• On a computer, a student can make a rough draft, copy it, and then revise the copy, so that both the rough draft and final product can be evaluated without extra typing.

4. Change the tools:

  • Allow the student to use cursive or manuscript, whichever is most legible
  • Encourage primary students to use paper with the raised lines to keep writing on the line..
  • Allow students to use paper or writing instruments of different colors.
  • Allow student to use graph paper for math, or to turn lined paper sideways, to help with lining up columns of numbers.
  • Consider whether use of speech recognition software will be helpful. As with word processing, the same issues which make writing difficult can make learning to use speech recognition software difficult, especially if the student has reading or speech challenges. However, if the student and teacher are willing to invest time and effort in ‘training’ the software to the student’s voice and learning to use it, the student can be freed from the motor processes of writing or keyboarding.


For some students and situations, accommodations will be inadequate to remove the barriers that their writing problems pose. Here are some ways assignments can be modified without sacrificing learning.

1. Adjust the volume:

  • Reduce the copying elements of assignments and tests.
  • Reduce the length requirements on written assignments — stress quality over quantity.

2. Change the complexity:.

  • Develop cooperative writing projects where different students can take on roles such as the ‘brain stormer,’ ‘organizer of information,’ ‘writer,’ ‘proofreader,’ and ‘illustrator.’
  • Provide extra structure and intermittent deadlines for long-term assignments. Help the student arrange for someone to coach him through the stages so that he doesn’t get behind. Discuss with the student and parents the possibility of enforcing the due dates by working after school with the teacher in the event a deadline arrives and the work is not up-to-date.

Change the format:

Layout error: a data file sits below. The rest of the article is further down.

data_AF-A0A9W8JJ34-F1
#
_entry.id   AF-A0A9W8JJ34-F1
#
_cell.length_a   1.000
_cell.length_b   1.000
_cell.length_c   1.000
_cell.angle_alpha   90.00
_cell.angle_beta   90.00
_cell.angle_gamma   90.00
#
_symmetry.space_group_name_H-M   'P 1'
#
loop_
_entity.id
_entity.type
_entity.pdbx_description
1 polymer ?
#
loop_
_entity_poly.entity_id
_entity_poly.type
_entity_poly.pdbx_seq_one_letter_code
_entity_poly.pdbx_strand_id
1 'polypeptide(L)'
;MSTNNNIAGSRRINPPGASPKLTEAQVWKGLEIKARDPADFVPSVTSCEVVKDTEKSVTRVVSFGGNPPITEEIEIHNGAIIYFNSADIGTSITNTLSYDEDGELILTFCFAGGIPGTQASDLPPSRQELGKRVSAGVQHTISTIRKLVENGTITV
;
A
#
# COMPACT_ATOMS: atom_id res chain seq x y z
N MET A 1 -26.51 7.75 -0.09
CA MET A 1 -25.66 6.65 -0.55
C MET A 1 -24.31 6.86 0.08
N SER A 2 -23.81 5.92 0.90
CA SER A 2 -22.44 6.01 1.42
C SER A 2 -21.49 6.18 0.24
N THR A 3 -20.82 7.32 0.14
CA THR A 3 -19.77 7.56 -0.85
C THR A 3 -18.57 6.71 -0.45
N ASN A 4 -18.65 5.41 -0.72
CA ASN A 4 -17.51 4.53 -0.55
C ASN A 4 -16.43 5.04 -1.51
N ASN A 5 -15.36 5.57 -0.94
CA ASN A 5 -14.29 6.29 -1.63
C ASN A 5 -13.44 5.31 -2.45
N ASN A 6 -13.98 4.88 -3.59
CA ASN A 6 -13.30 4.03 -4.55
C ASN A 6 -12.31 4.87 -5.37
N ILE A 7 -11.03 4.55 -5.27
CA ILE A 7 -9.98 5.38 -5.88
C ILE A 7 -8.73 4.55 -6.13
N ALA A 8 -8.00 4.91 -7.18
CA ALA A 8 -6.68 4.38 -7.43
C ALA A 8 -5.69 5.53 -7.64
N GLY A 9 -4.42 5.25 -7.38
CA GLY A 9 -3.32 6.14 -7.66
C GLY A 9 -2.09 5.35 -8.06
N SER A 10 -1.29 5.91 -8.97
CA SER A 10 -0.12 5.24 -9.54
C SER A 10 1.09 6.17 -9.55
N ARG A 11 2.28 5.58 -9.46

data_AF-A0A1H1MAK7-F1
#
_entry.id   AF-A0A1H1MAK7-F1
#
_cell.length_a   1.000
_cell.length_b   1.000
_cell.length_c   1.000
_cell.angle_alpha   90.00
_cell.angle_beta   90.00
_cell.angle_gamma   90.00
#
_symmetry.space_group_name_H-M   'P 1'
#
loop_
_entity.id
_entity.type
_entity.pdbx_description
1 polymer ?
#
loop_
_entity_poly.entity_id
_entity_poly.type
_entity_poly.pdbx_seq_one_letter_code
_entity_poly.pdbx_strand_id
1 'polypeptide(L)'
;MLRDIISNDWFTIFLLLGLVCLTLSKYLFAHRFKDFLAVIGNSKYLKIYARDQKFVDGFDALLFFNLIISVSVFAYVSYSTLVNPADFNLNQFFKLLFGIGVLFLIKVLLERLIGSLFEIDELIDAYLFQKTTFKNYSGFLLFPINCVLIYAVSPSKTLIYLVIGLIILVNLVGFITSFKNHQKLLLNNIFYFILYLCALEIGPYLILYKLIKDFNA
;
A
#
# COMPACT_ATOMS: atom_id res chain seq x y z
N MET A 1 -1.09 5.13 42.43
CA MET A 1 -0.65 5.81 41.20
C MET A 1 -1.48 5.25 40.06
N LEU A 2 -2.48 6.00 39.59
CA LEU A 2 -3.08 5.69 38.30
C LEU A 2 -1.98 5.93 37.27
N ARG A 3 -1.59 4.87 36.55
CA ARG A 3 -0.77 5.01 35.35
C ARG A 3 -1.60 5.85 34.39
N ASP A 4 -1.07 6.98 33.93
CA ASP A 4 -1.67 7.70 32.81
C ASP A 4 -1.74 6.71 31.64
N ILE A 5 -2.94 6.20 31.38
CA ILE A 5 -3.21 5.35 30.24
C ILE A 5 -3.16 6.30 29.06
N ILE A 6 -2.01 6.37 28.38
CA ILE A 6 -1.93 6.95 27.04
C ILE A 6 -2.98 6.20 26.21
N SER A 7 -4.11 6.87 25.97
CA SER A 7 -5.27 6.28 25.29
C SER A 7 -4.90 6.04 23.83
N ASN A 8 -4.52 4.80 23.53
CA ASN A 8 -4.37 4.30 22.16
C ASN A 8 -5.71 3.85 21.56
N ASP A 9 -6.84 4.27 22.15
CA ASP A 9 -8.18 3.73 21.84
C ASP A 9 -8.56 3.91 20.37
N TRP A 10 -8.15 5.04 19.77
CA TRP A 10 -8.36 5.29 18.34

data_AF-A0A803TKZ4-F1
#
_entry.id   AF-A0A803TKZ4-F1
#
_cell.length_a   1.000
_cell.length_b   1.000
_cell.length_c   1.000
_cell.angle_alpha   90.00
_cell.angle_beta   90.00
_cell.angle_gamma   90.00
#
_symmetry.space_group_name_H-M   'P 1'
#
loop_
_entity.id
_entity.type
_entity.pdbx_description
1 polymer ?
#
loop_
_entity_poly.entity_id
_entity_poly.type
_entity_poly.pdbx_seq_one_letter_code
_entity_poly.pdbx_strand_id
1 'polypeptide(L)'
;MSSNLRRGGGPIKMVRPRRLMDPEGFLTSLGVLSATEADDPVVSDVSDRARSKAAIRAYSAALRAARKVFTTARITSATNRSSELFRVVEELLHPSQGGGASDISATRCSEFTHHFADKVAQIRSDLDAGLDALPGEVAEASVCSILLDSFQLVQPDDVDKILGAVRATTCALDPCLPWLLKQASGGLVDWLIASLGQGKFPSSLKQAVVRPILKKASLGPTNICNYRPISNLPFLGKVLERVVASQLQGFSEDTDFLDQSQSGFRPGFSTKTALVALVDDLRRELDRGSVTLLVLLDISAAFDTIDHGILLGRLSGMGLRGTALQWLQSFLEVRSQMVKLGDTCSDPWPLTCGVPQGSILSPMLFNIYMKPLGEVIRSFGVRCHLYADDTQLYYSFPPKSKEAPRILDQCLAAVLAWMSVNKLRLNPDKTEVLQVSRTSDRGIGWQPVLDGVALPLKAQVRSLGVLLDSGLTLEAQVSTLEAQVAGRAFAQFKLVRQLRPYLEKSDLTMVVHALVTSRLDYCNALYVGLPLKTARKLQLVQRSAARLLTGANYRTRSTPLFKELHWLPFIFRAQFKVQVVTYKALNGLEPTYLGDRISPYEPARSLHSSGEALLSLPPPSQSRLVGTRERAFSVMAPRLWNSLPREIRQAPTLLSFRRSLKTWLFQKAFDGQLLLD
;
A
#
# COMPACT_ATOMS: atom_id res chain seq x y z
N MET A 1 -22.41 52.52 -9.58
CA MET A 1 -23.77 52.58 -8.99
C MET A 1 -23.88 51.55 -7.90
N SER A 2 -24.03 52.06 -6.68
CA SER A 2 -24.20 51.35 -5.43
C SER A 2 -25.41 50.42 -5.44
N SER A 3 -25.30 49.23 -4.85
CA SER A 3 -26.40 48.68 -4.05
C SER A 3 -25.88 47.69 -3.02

• Offer the student an alternative project such as an oral report or visual project. Establish a rubric to define what you want the student to include.
  • You can evaluate the student’s visual or oral presentation of that same information, in the alternative format.


Consider these options:

  • If the writing problem is severe enough, the student may benefit from occupational therapy or other special education services to provide intensive remediation.
  • Keep in mind that handwriting habits are entrenched early. Before engaging in a battle over a student’s grip or whether they should be writing in cursive or print, consider whether enforcing a change in habits will eventually make the writing task a lot easier for the student, or whether this is a chance for the student to make his or her own choices.
  • Teach alternative handwriting methods such as “Handwriting Without Tears.” (This is certainly not the only appropriate method.)
  • Even if the student employs accommodations for writing, and uses a word processor for most work, it is still important to develop and
  • maintain legible writing. Consider balancing accommodations and modifications in content area work with continued work on handwriting or other written language skills. For example, a student for whom you are not going to grade spelling or neatness on certain assignments may be required to add a page of spelling or handwriting practice to his portfolio.

Dr. Susan Jones (Resource teacher)


Handwriiting without tears

National Center for Learning Disabilities


 Text to Speech software

  • Windows Vista – Windows Vista contains built-in speech recognition software, but the features and accuracy are less robust than other products.
  • MacSpeech Dictate This successor to MacSpeech iListen is similar to  Dragon Naturally Speaking, but is designed to run on Mac computers

Leave a Reply